\( \overline{D3} \) induced geometric inflation

Journal of High Energy Physics, Jul 2017

Effective supergravity inflationary models induced by anti-D3 brane interaction with the moduli fields in the bulk geometry have a geometric description. The Kähler function carries the complete geometric information on the theory. The non-vanishing bisectional curvature plays an important role in the construction. The new geometric formalism, with the nilpotent superfield representing the anti-D3 brane, allows a powerful generalization of the existing inflationary models based on supergravity. They can easily incorporate arbitrary values of the Hubble parameter, cosmological constant and gravitino mass. We illustrate it by providing generalized versions of polynomial chaotic inflation, T- and E-models of α-attractor type, disk merger. We also describe a multi-stage cosmological attractor regime, which we call cascade inflation.

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\( \overline{D3} \) induced geometric inflation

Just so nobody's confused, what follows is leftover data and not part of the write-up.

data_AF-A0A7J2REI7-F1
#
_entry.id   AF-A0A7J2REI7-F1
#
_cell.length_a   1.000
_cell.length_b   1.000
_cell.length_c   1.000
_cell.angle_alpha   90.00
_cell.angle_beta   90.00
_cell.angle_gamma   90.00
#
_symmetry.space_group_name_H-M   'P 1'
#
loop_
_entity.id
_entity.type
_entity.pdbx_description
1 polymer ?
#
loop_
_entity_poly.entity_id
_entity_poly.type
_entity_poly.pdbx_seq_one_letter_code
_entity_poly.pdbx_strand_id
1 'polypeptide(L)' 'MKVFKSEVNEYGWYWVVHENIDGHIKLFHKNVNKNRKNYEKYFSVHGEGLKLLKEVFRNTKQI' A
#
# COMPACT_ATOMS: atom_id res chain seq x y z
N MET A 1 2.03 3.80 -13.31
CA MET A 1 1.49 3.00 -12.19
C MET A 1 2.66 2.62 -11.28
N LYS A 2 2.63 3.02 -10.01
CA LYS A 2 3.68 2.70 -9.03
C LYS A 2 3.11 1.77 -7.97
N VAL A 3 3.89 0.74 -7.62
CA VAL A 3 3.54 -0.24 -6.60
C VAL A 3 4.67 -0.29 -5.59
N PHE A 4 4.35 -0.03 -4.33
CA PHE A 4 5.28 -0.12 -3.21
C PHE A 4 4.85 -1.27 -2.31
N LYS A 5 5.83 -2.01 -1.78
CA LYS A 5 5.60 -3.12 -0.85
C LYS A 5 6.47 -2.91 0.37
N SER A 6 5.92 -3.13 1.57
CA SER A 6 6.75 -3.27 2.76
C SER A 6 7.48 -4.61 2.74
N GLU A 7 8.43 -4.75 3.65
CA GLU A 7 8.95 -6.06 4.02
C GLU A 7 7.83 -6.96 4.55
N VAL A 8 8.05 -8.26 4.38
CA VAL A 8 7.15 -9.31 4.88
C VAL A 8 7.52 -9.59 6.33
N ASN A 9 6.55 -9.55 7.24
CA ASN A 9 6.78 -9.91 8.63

HJE D3 induced geometric in ation Renata Kallosh 0 1 3 Andrei Linde 0 1 3 Diederik Roest 0 1 2 Yusuke Yamada 0 1 3 0 Nijenborgh 4 , 9747 AG Groningen , The Netherlands 1 382 Via Pueblo Mall , Stanford, CA 94305 , U.S.A 2 Van Swinderen Institute for Particle Physics and Gravity, University of Groningen 3 Stanford Institute for Theoretical Physics and Department of Physics, Stanford University E ective supergravity in ationary models induced by anti-D3 brane interaction with the moduli elds in the bulk geometry have a geometric description. The Kahler function carries the complete geometric information on the theory. The non-vanishing bisectional curvature plays an important role in the construction. The new geometric formalism, with the nilpotent super eld representing the anti-D3 brane, allows a powerful generalization of the existing in ationary models based on supergravity. They can easily incorporate arbitrary values of the Hubble parameter, cosmological constant and gravitino mass. We illustrate it by providing generalized versions of polynomial chaotic in ation, Tand E-models of -attractor type, disk merger. We also describe a multi-stage cosmological attractor regime, which we call cascade in ation. Cosmology of Theories beyond the SM; D-branes; Supergravity Models - 1 Introduction 2.1 2.2 2.3 3.1 3.2 3.3 3.4 2 Geometric in ation features D3-brane induced geometry Curvature invariants Stability analysis 3 Model building paradise Polynomial in ation T-models E-models Two-disk merger models 3.4.1 3.4.2 3.4.3 E-model T-model Cascade in ation 3.5 Seven-disk merger model 4 Discussion 1 Introduction one may ask a question: what kind of interaction between S and (T i; T i) would lead to phenomenological supergravity models of in ation, including the exit stage, that are compatible with the data? Here we will construct what we call D3 induced geometric in ation models. In these models, once one decides about the potential V(T i; T i), it is easy to nd the corresponding { 1 { S- eld geometry GSS(T i; T i) in the supergravity Kahler function G, and one is guaranteed to reproduce the desired potential during in ation. However, one has still to check the stability of each model and show the absence of tachyons. The bisectional curvature of these geometric models will play a role in the stability analysis. We will develop a general class of D3 induced geometric in ation with multiple moduli in CY bulk interacting with D3 nilpotent multiplet S. It is important that the D3 induced geometric in ation models have a non-vanishing gravitino mass | W does not vanish during and at the exit from in ation. In this case, one can use the advantage of a geometric Kahler function formalism where G K + log W + log W ; V = eG (G G G 3) and study various interesting application of the new models. Here the index includes the directions S and T i. The role of the Kahler function G was recognized starting with [29, 30] when supergravity models interacting with matter were rst constructed. It was shown there that the action is fully determined by the Kahler function. However, in some cosmological models, for example in D-term in ation [31], or in models in [32], during the evolution the superpotential might vanish. For these models it was more useful to employ the Kahler potential and the superpotential W since the Kahler function G has a singularity at W = 0. Meanwhile, the analysis of non-supersymmetric Minkowski and metastable de Sitter vacua with spontaneously broken supersymmetry was based mostly on the analysis using the Kahler function G, see for example, [33{37]. Comparative to this analysis, the new ingredient here is the fact that the S super eld is nilpotent and that we will use it for developing in ationary models with the exit to de Sitter minima. Our Hermitian Kahler function will be of the form (1.1) HJEP07(21)5 G(T i; T i; S; S) = G0(T i; T i) + S + S + GSS(T i; T i)SS ; which we will show will describe the general case of supergravity models with one nilpotent multiplet and non-vanishing superpotentials. We will show below that, in general, from the knowledge of the potential V(T i; T i) and the T -dependent Kahler function G0(T i; T i) it is possible to recover the S- eld geometry GSS(T i; T i)dSdS: Whereas the complete formula will be given below in eq. (2.12), here we would like to point out that under certain conditions the relation between the S- eld geometry and the potential simpli es signi cantly. If the gravitino mass is constant throughout in ation at S = 0, and supersymmetry is unbroken in the T i directions, i.e. during in ation we have eG(T i;T i) = jm3=2j2 = const ; GT i (T i; T i) = 0 ; one nds the following simple relation between the in ationary potential and the geometry: conditions (1.4) will be satis ed during and after in ation. Examples of models with non-trivial Hermitian function GSS(T; T ) include warped Calabi-Yau throats [18{23], in which the Kahler potential takes the form ln(T + T SS) = ln(T + T ) + SS T + T ; GSS = 1 T + T Another instance of a non- at geometry of the S- eld are the `axion stabiliser' terms [38, 39] in the Kahler potential metric of the kind SS(T i T i)2A(T i; T i) ; GSS = (T i T i)2A(T i; T i): (1.6) (1.7) The inclusion of these terms in some models is necessary for the stability of the in ationary trajectory. Finally, a new class of models where GSS(T; T ) is a general Hermitian function was proposed in [40]. A number of nice and interesting examples were studied, starting with W = M S + W0 and shift symmetric canonical Kahler potentials, where also stability issues were studied, or with Poincare half-plane geometries in Kahler potentials. An important feature of the D3 induced geometric in ation models with one modulus is that the bisectional curvature is non-vanishing, RT T SS 6= 0 during in ation and at the exit, at the minimum of the potential. This is the consequence of the fact that the metric GSS is not a product of a holomorphic F (T ) function times an anti-holomorphic function F (T ). In the latter case it can be removed by a holomorphic change of the Kahler manifold coordinates F (T )S ! S0 which leads to a at geometry of the nilpotent super eld. This case includes models with canonical geometry for the nilpotent eld, GSS = 1 and some general superpotentials W = g(T i) + f (T i)S. For these models the Kahler geometry of the nilpotent eld S is at, and hence RijSS = 0. A nice feature of our examples is that all of them during in ation, in case of a single modulus, have no tachyons without any assumption. At the minimum of the potential we do not have a general argument of stability, however, a priori these models allow a way to associate geometry with the good choices of the potentials which have a minimum at the exit from in ation. The same argument refers to multiple moduli models. A choice of the potentials is possible such that the desirable relations between moduli can be implemented as a requirement of the minimum of the potential, as a result we end up with single modulus models which have a stable in ationary trajectory. Comparatively to other model building we used before, we have found various advantages, which we dubbed as a `model building paradise', based on a geometry of the D3-brane and associated nilpotent multiplet interacting with moduli of the Calabi-Yau manifolds. In particular, we have a parameter of supersymmetry breaking independent of the Hubble parameter and the models are simple. { 3 { 2.1 D3-brane induced geometry We will explain here that the most general Kahler invariant Kahler function G depending on multiple Calabi-Yau moduli and on a nilpotent multiplet S can be reduced to the form we show in eq. (1.2). An equivalent form is to use K(T i; T i; S; S) = K0(T i; T i) + S + S + GSS(T i; T i)SS ; W = W0 ; where the gravitino mass, in general is given by the following expression: jm3=2(T i; T i)j2 = eG0(T i;T i) = eK0(T i;T i)jW0j2 : HJEP07(21)5 The linear terms in the Kahler function and potential are directly related to spontaneous SUSY breaking and hence an integral aspect of our set-up. We will start with the observation [41, 42] that the most general supergravity theory with a number of unconstrained chiral multiplets T i and a single nilpotent super eld S is given by K = K0(T i; T i) + KS(T i; T i)S + KS(T i; T i)S + GSS(T i; T i)SS ; W = g(T i) + f (T i)S; where KS; KS and GSS are non-holomorphic functions while f and g are holomorphic. These are the most general Taylor expansions of the Kahler and superpotential due to the nilpotency condition S2 = 0. These general expressions can be simpli ed without loss of generality by a number of rede nitions. First of all, one can use a Kahler transformation acting as W ! W F ; K ! K log jF j2 ; to set W = W0 by choosing F = W0=(g + f S). The resulting Kahler potential is given by K0 = K00(T i; T i) + KS0(T i; T i)S + K0S(T i; T i)S + GSS(T i; T i)SS; in terms of the rede ned variables K00 = K0 + 2 log(jgj=jW0j), and KS0 = KS + f =g. In this frame, the supersymmetry breaking is set by KS0 which we assume to be non-vanishing due to the nilpotency of S. We can subsequently use the eld rede nition KS0S = S. Note that KS0 is not holomorphic, and hence this eld rede nition breaks the complex manifold structure. However, at least in the bosonic part of the theory1 this is not a problem for the following reason. The geometry spanned by the physical scalars is given by the Kahler manifold with a projection S = 0, since the bosonic component of S is a fermion bilinear, i.e., ds2 = Gij dT idT j jdS=S=0: 1The fermionic action will be a ected by this change only in the part depending on the goldstino, a fermion in the nilpotent multiplet, S. But in the unitary gauge, S = 0, in which this fermion is absent, fermions in T i multiplets and the gauge with S = 0 is simple. there will be no changes. In our models with GT i = 0 in this gauge the gravitino decouples from the { 4 { (2.1) (2.2) (2.3) (2.4) (2.5) (2.6) Therefore, the eld rede nition dS0 = KS0dS + @iKS0SdT i + @j KS0SdT j does not change the Kahler manifold of physical scalars. It only a ects the nilpotent part of the Kahler potential, which now has a metric form of the total potential where V (T i; T i) vanishes at the minimum: This completes the argument that the most general supergravity theory can be brought to the form (1.2) or (2.1) (omitting all primes), when evaluated at dS = S = 0. In models satisfying our condition (1.4) and with a positive CC, we can use the following HJEP07(21)5 V(T i; T i) = V (T i; T i) + ; jFSj2 3jW0j2 : This gives us an alternative form of the D3 geometry GSS(T i; T i) = eG(T i;T i) V(T i; T i) + 3eG(T i;T i) G T iT i GT i GT i eG(T i;T i) : This geometry directly gives any phenomenologically favored potential. { 5 { where the measure of supersymmetry breaking at T i = T due to the D3-brane is set by i Note that the above metric explicitly includes an independent Hubble, SUSY breaking and dark energy scale. In the absence of the nilpotent eld, this model has a SUSY AdS solution with at least one at direction amongst the T i moduli that will provide the in aton. The inclusion of the D3-brane yields the uplift term. When including a constant S term to the superpotential, or equivalently a constant metric GSS, this uplifts to a non-SUSY vacuum with arbitrary CC and a at direction. The subsequent introduction of an in ationary pro le can be performed either by means of a holomorphic function f in the superpotential, or more generally by means of an moduli-dependent metric for the S- eld, leading to the D3-brane induced geometry (1.3). Also in more general models that do not satisfy (1.4), we can reconstruct any desired potential V(T i; T i) starting from the Kahler function G(T i; T i). In supergravity, the scalar potential and geometry are related as follows, assuming that GS = 1: V(T i; T i) = eG(T i;T i)(GSS(T i; T i) + G T iT i GT i GT i 3): V(T i; T i), we nd the proper choice of GSS is This relation is invertible with respect to GSS. In order to realize the desired potential (2.7) (2.8) (2.9) (2.10) (2.11) (2.12) In case of one modulus T , this geometry is determined by two curvature invariants that will characterize the cosmological parameters. In addition to the full Ricci scalar, one can also de ne the Ricci scalar of the submanifold de ned by S = 0, as the only allowed coordinate rede nitions on this Kahler geometry preserve the nilpotency condition. This will be referred to as the sectional curvature and is given by Rsec = G T T GT T (GT T T T GT T T G T T GT T T ) : The importance of this geometric quantity for in ationary model building has been stressed in various places. For example in the case of the hyperbolic disk relevant for -attractors, one has K = 3 ln(T + T ) ; Rsec = 2 3 ; where the latter is of course independent of the Kahler frame. The new ingredient in the D3 induced geometric in ation models is the second curvature invariant, corresponding to the bisectional curvature along the S = 0 plane: notation of [43] by mi2j = eG Gij 1+ V jm3=2j2 where G G G , physical scalar elds, this simpli es to GiGj +(Gi +GiG ) G ( G j +G Gj ) Rij G G ; (2.18) = (S; T i) and i = 1; : : : ; N . Under the assumption (1.4) for the mi2j = eG Gij 1 + + Gi G G j RijSSG G S S ; (2.19) Rbisec = RT T SSG G T T SS = GT T (VT T (FS2 + V ) VT VT ) : (FS2 + V )2 During in ation at V jFSj2, it is proportional to slow roll parameters In contrast, at the minimum of the potential, Rbisec jin G T T VT T V VT VT V 2 = It therefore sets the scale for the sum of masses of both T -components, and stability requires a positive value for the bisectional curvature. 2.3 Stability analysis For a model with a single in aton super eld model, we nd that the supersymmetric scalar partner of in aton (the so-called sin aton) is always stabilized at its origin as shown below. The general formula for the non-holomorphic masses of the scalar elds is given in the V jm3=2j2 { 6 { (2.13) (2.14) (2.15) (2.16) (2.17) Tracing this formula yields the average mass: ma2ve = N G 1 ij mi2j = 1 N eG N 1 + V jm3=2j2 In particular, for N = 1, this expression can be reduced to + Gi Gj G G ij Gij RijSSG G S S : (2.20) ma2ve = V + m23=2 + m23=2(jGT T j2(GT T )2 G T T RT T SSGSGS) = V + m23=2 + m23=2jGT T j2(GT T )2 + Rbisec(jFSj2 + V ) ; (2.21) HJEP07(21)5 emphasizing the importance of the bisectional curvature. During in ation, the in aton mass is very small, and the rst 3 terms are positive. The last term is given by the linear combination of slow-roll parameters (2.16). Using the experimental values of ns and r it comes out negative, but is always smaller than the rst two positive contributions thanks to the slow-roll suppression. Thus, during in ation, we have shown that the sin aton direction in a single super eld model is always stable, or equivalently our assumption T = T is satis ed automatically. Apart from the in ationary era, we discuss the minimum of our model. The nilpotent super eld is well de ned only if GS 6= 0 and GSS 6= 0. Due to the absence of a propagating scalar in S, the stability requirement is equivalent to the condition that the propagating scalars have stable vacua at GS 6= 0 and also GSS 6= 0. Then, we need to require positive masses for the scalar elds at the minimum. The general minimization condition of the scalar potential is Vi = GiV + eG (riG G G + Gi) = 0: Since V = 0 at the minimum, we obtain the condition riG G G + Gi = 0. For Gi = 0, the condition is equivalent to riGS = 0. Then, the mass matrix at the minimum is simply given by mi2j = eG [Gij + Gij GjkGkj + RijSS(GSS)2]: Assuming Gij GjkGkj = O(1) and RijSS = 0, the averaged mass becomes m2ave = O(m23=2): Therefore, to disentangle the scalar mass and the SUSY breaking scale, we need to introduce large Gij G jk Gkj or RijSS(GSS)2. Moreover, the scale of the averaged mass does not tell us the mass of each scalar and their positivity, and therefore, we need to discuss the stability at the minimum for each case. With our choice of GSS in the single-modulus N = 1 case, the averaged mass becomes m2ave = eG (1 + GT T G T T GT T ) + G T T VT T : The last term comes from the bisectional curvature and it is not necessarily related to the SUSY breaking scale. Thus, with a proper choice of V , the SUSY breaking and the mass of the in ation sector can be disentangled. (2.22) (2.23) (2.24) (2.25) { 7 { Our main goal here is to give example of geometric models of in ation which are de ned by a geometry of the D3-brane in the CY bulk geometry. For this purpose it is natural to use logarithmic Kahler potentials for the moduli elds T i of the kind ln(T i + T ). However, i once we use nilpotent super eld geometry as a tool in model building, we nd that the shift symmetric Kahler potentials for the moduli elds i are also particularly e cient. We will start therefore with the model of polynomial in ation with the Kahler potential 1 2 ( )2. of 3 main parameters: the amplitude of the perturbations As, the spectral index ns and the tensor to scalar ratio r. According to [46{48], one can properly describe any set of these parameters in the context of the 3-parameter polynomial in ationary models with the potential One could try to implement the models with such potentials in supergravity [47, 48], using the general approach developed in [ 32, 49, 50 ], but the resulting potentials can reproduce the potential (3.1) only approximately, see a discussion of this issue in [51]. Meanwhile, as we will see now, the potential (3.1) can be easily obtained in the context of the new geometric approach discussed in our paper. We will consider the Kahler function (3.1) (3.2) (3.3) (3.4) HJEP07(21)5 W02 jFSj2 + V ( ; ) : Here the part of the potential vanishing at the minimum is { 8 { m2 4 V ( ; ) = ( + ) One can show that the potential of these elds is stable at = 0, and the in aton elds 2 = p1 ( +i ). has the desirable potential m2 2 2 V( ) = 1 a (1 + b a ) + ; where 3jW0j2 is the vacuum energy/cosmological constant at the minimum of the potential, and the gravitino mass at the minimum is equal to m3=2 = W0. The potential for = 0 is shown in gure 1. As we already mentioned, in ation-related Planck data [44, 45] consist of three main parameters, As, ns and r. The value of As can be easily tuned by a proper choice of M . The parameters a and b are responsible for ns and r. For example, for a = 0:12 and b = 0:29, the perturbations generated at the moment corresponding to N = 58 e-folding HJEP07(21)5 ϕ a + a2b 2 for a = 0:12 and b = 0:30 (upper curve), b = 0:29 (middle), and b = 0:28 (lower curve). The potential is shown in units of m2, with in Planck units. For b = 0:29 (the middle curve), at the moment corresponding to N = 58 e-folding from the end of in ation one has ns = 0:965 and r = 0:012, perfectly matching the Planck data. from the end of in ation have ns = 0:965 and r = 0:012, perfectly matching the Planck data [44, 45]. Thus we found the desirable polynomial potential, and much more: we have full exibility to describe arbitrary cosmological constant and SUSY breaking in this simple model. Finally, in ation in this model may begin close to the Planck density, which easily solves the problem of initial conditions for in ation, as explained in [ 52, 53 ]. 3.2 T-models Moving on to a hyperbolic instead of a at geometry for the scalar manifold, the Kahler function in disk variables can be written as log (1 ZZ)2 (1 Z2)(1 Z ) 2 + S + S + W02 jFSj2 + m2ZZ SS: (3.5) Note that this employs a Kahler frame that has a manifest in aton shift symmetry [38]. One can check that GZ = 0 and GS = 1, i.e. the theory has all required properties. The canonical in aton ' is de ned by relation Z = tanh p' . The in aton potential is VjZ=Z = + m2 tanh2 p { 9 { where 3W02. The axion mass along the in aton trajectory for m2 = 2(m2 + 2W02) m2 2 2 3 cosh2 p ' 6 cosh p ' 6 As expected from the observation in section 2.3, the mass of the axion is positive during in ation: m2 = 2(m2 + 2W02) > 2V 6H2 for ' 6 . This means that the eld is strongly stabilized and its perturbations are not generated during in ation. Moreover, the ' 6 + ; 1 3 p 6 = 0 is 4 : (3.6) (3.7) = 1. The height of the potential here and in other gures is in units m2 and the values of the elds are in Planck mass units. stability condition is satis ed along the full in aton trajectory for all . In particular, the masses of the elds ' and at the minimum of the potential at ' = = 0 are given by gure 2, which shows the potential V ('; ) in the limit m2 for the particular case If we use a more general function log (1 ZZ)2 (1 Z2)(1 2 Z ) W02 jFSj2 + f (ZZ) and the potential is Then, the axion mass becomes VjZ=Z = FS2 3W02 + f tanh2 p ' 6 m2 = 4W02 + 2f + cosh q 32 sech4 p where the prime denotes the derivative with respect to the argument tanh2 p' . The last term becomes O(p )H2 whereas the second term is 6H2 and is much larger than the last 6 term. Therefore, the axion mass is positive as we expected from the general discussion in section 2.3. The minimum is = 0 and the mass of the in aton and axion at the minimum are m2 = f 0(0) 3 ; m2 = 4W02 + f 0(0) 3 ; where we have used f (0) = 0, which is our general assumption on V . One can check that this coincides with the general formula (2.25) from the previous section. A simple case using half-plane variables is log (T + T )2 4T T V jT =T = One can check that GT = 0 and GSjmin = 1 6= 0, i.e. the theory has all required properties. The axion mass squared during in ation is It is positive de nite during and after in ation. Note that at the minimum ' = 0, the axion mass squared becomes 4W02 = 4m23=2. If we take a more general function log (T + T )2 4T T and the potential is In this case, the mass of the axion is given by VjZ=Z = jFSj2 3W02 + M 2f 2eq 32 ' : m2a = 4W02 + 2f 2eq 32 ' = 4W02 + 6H2; which is positive de nite and consistent with our general argument in section 2.3. = 1=3 creates the in aton potential with = 2=3. Here we considered an example with M = 6 m. 3.4 3.4.1 Two-disk merger models Here we consider the model with two half-planes T1;2 and 3 i = 1 for i = 1; 2. As the previous work [54] where the merger of di erent attractors was discussed (albeit in disk coordinates), we dynamically realize the in ationary trajectory where two half-plane moduli directions merge during last 50-60 e-foldings. Instead of the use of the superpotential for stabilization [54], we use the geometry, 1 4 V = (T1 + T 1 + T2 + T 2) M 2(T1 + T 1 T2 T 2)2: (3.21) 2 2 The last term in (3.21) leads to the merger of in ationary trajectories of T i as shown in gure 4. We represent eld Ti as Ti = e 2 i), where i are canonical, and i are canonical in the small i limit. The in aton direction on merger trajectory is ' = p1 ( 1 + 2) and the orthogonal direction is ' = p1 ( 1 + 2) the potential of the canonically normalized in aton eld ' is 2). During in ation with p 2 i (1 + p e ')2. As is the case of the previous work [54], the direction 2) acquires a light or tachyonic mass for su ciently large : the mass of is stable for last N e-foldings is M 2 > m22N . As explained in [54], this simply means that the exponentially at and long dS plateau in the upper right corner of gure 4 is slightly curved, and the elds tend to move towards its boundaries. Then they slide along these boundaries towards the point where these boundaries merge and the diagonal deep gorge is formed, as shown at the center of gure 4. After that, all elds become stable along the in ationary trajectory with 1 = and the in aton potential coincides with the E-model potential (3.14). The eld value of ' at the last N e-folding is given by 'N = log(4N ). The condition that the merger trajectory 2 = p1 ' 2 At the minimum, GS = 1, the metric is GSS = jFSj2 W02 13 , and the SUSY breaking is realized with m3=2 = W0. Thus, this model generalizes the E-model disk merger described in [54], but now one can have arbitrary values of the cosmological constant and the gravitino mass. 3.4.2 The disk merger model is also possible for T-models. We consider the following system, In models with multiple elds, the stability of the axionic direction is not guaranteed by the discussion in section 3.1 and we need to discuss the stability of the trajectory for each case. For the current model, the axionic directions are stabilized with masses m12 = m22 = 4W02 + 2m2(cosh2 ' + cosh ' (cosh ' + 1)2 1) : G = log W02 gSS = 1 W02 jFSj2 + 1 X2 log The scalar potential is 2 + S + S + gSSSS; (Z1 + Z1) (Z2 + Z2) 2 : + m2 2 (jZ1j2 + jZ2j2) + and the last term gives the dynamical constraint 1 = 2 where we have de ned canonical elds as Zi = tanh ip+2i i . During in ation with 1 = 2 = p12 ' the potential is Turning to stability, the mass eigenvalues of axionic directions on in ationary trajectory 1 = 2 = p1 ' are given by 2 (3.23) (3.24) HJEP07(21)5 (3.25) (3.26) (3.27) (3.28) (3.29) = 1=3 creates the in aton T-model potential with In this gure we show the potential with M = 10 m. The masses are positive. At the minimum, mi2 = m22 + 4W02. Instead, the mass of the direction is M 2 > m22N . As in the E-model discussion, for the very large values of the in aton eld, such that is tachyonic. In order for this instability to take place outside of the observable window of N e-folds, one has again has to impose the condition As in the previous section, at the minimum, GS = 1, the metric is GSS = jFSj2 the SUSY breaking is realized with m3=2 = W0. Thus, this model generalizes the T-model disk merger described in [54], but now one can have arbitrary values of the cosmological W02 13 , and m2 = m2 + 2M 2 cosh ' m2 2 cosh 4 ' : 2 (3.30) constant and the gravitino mass. 3.4.3 Cascade in ation The two-disk merger (the fusion of two di erent attractors) is not the only interesting feature of the two-disk model studied above. Figure 5 shows only the lower part of the potential, which is su cient to illustrate the e ect of the disk merger. However, the upper part of the potential tells us an equally interesting story. To explain it, we will show the potential including its upper part, for a toy model with m = M , see gure 6. One can easily recognize the minimum of the potential, near which one may have in ation with = 2=3 for the models with M m. However, another important part of the potential is the existence of 4 di erent dS plateaus. The lower ones have the height m2, one can see them also in gure 5. The upper ones have the height m2 + M 2. They exist even in the absence of the disk interactions, for M = 0, in which case the height of each plateau is equal to m2. The existence of these plateaus follows from the general expression for the potential of the elds 1 and 2 in that model: + m2 2 tanh2 p1 + tanh2 p2 2 2 + tanh p 1 2 tanh p 2 2 2 : (3.31) = 1=3 for m = M . 2 In ation may begin at the upper plateau, with 1 1 and 2 1, or with 1 1 and 2 1. Then the eld falls down to one of the lower plateaus, from which it moves towards the narrow gorge along 1 = 2 in the potential shown in gure 5, and eventually falls to the minimum at 1 = 2 = 0. One may call this multi-stage process a cascade in ation. For M 2 > 60m2 , all observational consequences of this regime are determined by the last stage of the process, described by the T-model potential with = 2=3 (3.31). However, the cascade regime is very interesting from the point of view of the theory of initial conditions for in ation. Indeed, suppose that the parameter M describing the disk interactions takes the simplest value M = O(1) in Planck units. Then the height of the upper potential will be Planckian, which allows to solve the problem of initial conditions for in ation in the simplest possible way, as described in [ 52, 53 ]. The Planck-size universe can be born with the scalar elds 1 and 2 at an in nite plateau with V = m2 + M 2 = O(1). According to [ 52, 53 ], the probability of this process is not expected to be exponentially suppressed. Once this happens, the cascade in ation begins, with observational predictions determined by the last stage of the process, matching the latest observational data. A more general solution to the problem of initial conditions for in ation, which applies to all models discussed in our paper, can be found in [55, 56]. We hope to return to a more detailed discussion of the cascade in ation in a separate publication. 3.5 Seven-disk merger model Finally, we brie y discuss the possible merger of several disks. Consider for instance, corresponding to seven disks with i = 1=3. The scalar potential is V = + m2 7 X i jZij2 + M 2 72 X and the last term gives the dynamical constraint i = j where we have de ned canonical elds as Zi = tanh ip+2i i . During in ation at i = j = p'7 , the scalar potential reads + m2 tanh2 p14 ; ' 1 7 r 2 7 ! 4 7 in terms of the canonically normalized in aton eld. The axionic directions are stabilized at their origin, and their masses are given by are stabilized at their origin with the mass i) i i+1 4W02 and is still positive. The rst two constant part dominate the mass and the remaining negative part is suppressed during in ation. At the minimum, the mass of the axions becomes m2i = 17 m2 + For real directions f ig, the following canonical mass eigenbasis is useful, ' = 7). The in aton is ' and moduli i (3.35) (3.36) (3.37) (3.38) m2 i = 1 7 2m2 + 4M 2 As the two disk models, the mass of the moduli i becomes small, and when 4M 2 < q 27 ', they becomes tachyonic. At the minimum ' = 0, the in aton and moduli mass are given by m2 = m2; 1 7 m2 i = m2 + M 2: Note that SUSY breaking takes place at the minimum; GS = 1 and Here again we see the advantage of using the new geometric class of models comparative to the earlier version of the seven-disk model in ref. [54] where we only studied an in ationary q GSGSSGS = p 3W0. stage. In the seven-disk models we expect a cascade in ation with a rich structure due to the multiplicity of di erent in ationary plateaus. The di erent possibilities arise from the possible sign choices for the seven moduli. For instance, one can either take four positive and three negative, in which case 12 out of the 21 mass terms contribute. Similarly, one can have ve and two, with ten mass terms etc. From this logic it follows that the potential at the dS plateaus may take 4 di erent values: V = + m2 + 16n72M2 , where n can be 0, 6, 10, or 12. 4 Discussion It has been realized during the last few years that both the construction of de Sitter vacua in string theory as well as building in ationary models is facilitated by the concept of an upliting D3 brane. The positive energy contribution sourced by a D3 brane in e ective supergravity models is represented by a nilpotent multiplet S. Supersymmetry is spontaneously broken during in ation as well as at the exit from in ation, at the minimum of the potential, and never restored in the class of models we described here: D3 brane induced geometric in ationary models. The e ective supergravity of these models is described by the geometry of the CY moduli, G0(T i; T i) and by the geometry of the nilpotent super eld GSS(T i; T i)SS. In our models it is given by the expression G(T i; T i; S; S) = G0(T i; T i) + S + S + GSS(T i; T i)SS: (4.1) Subject to speci c assumptions about the geometry of T i moduli (1.4), satis ed by simple examples like a shift symmetric canonical geometry (3.2) or a disk geometry (3.13), one nds a simple relation between the in ationary potential and geometry of the D3 brane in the background of the T i elds: G SS(T i; T i) = V(T i; T i) + 3jm3=2j2 : This relation leads to a model building procedure of the following kind. Once the desired potential V(T i; T i) is determined, one can use the relation (4.2) to produce the geometry GSS(T i; T i). The remaining problem for each choice of in ationary model is to check that all non-in aton directions are stabilized. We have found that such a procedure leads to rather simple models with desirable properties. In particular, in models with one modulus T one nds that axions are stable during in ation. At the minimum, the masses of the in aton and axion also tend to be positive for the appropriate choices of the potentials where there is an exit from in ation in a nice agreement with the positivity of the S- eld metric GSS(T i; T i). at the minimum of the potential. These desirable stability properties of the potential are Our examples illustrate the main result of the paper: we build desirable cosmological models with in ationary potentials V(T i; T i) which are in agreement with the data, and we `read from the sky' the geometry of the D3 brane in CY bulk supporting these models as shown in eq. (4.2). The geometric nature of all these models manifests itself in the fact that the bisectional curvature is always present and is de ned by the slow-roll parameters as shown in section 2.2. At the exit from in ation at the minimum this curvature gives a positive contribution to the masses. We nd that this geometric formulation of e ective supergravity in ationary models inspired by string theory is the most powerful tool for model building. Their rst advantage is that they are easily associated with string theory due to fundamental role of the uplifting D3 brane, interacting with other moduli. The second advantage is that for speci c choices of Kahler geometries of the moduli elds T i, the only input comes from the nilpotent eld geometry, GSS(T i; T i), related to the potential. In previously existing models with generic superpotential W = Sf (T i) + g(T i), the main input is via two holomorphic functions f (T i) and g(T i), which should satisfy additional constraints. This made the model building more involved than in the approach developed in this paper. The third advantage is the fact that, by construction, the nilpotency condition FS 6= 0 is satis ed everywhere, including the minimum of the potential. The mere existence of the uplifting D3 brane interacting with the bulk geometry means that supersymmetry is nonlinearly realized and always spontaneously broken. In conclusion, the new cosmological models, D3 induced geometric models, de ned by a geometric Kahler function in eq. (4.1), lead to simple dynamical cosmological models of the in ationary evolution of the space-time, based on the geometry of the scalar manifold. The dynamics of these models is the consequence of their geometry. Acknowledgments We are grateful to E. Bergshoe , K. Dasgupta, S. Ferrara, D. Freedman, S. Kachru, E. McDonough, M. Scalisi, F. Quevedo, A. Uranga, A. Van Proeyen, A. Westphal, and T. Wrase for stimulating discussions and collaborations on related work. The work of RK, AL and YY is supported by SITP and by the US National Science Foundation grant PHY-1316699. The work of AL is also supported by the Templeton foundation grant \In ation, the Multiverse, and Holography". DR is grateful to SITP for the hospitality when this work was initiated. Open Access. 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Renata Kallosh, Andrei Linde, Diederik Roest, Yusuke Yamada. \( \overline{D3} \) induced geometric inflation, Journal of High Energy Physics, 2017, 1-22, DOI: 10.1007/JHEP07(2017)057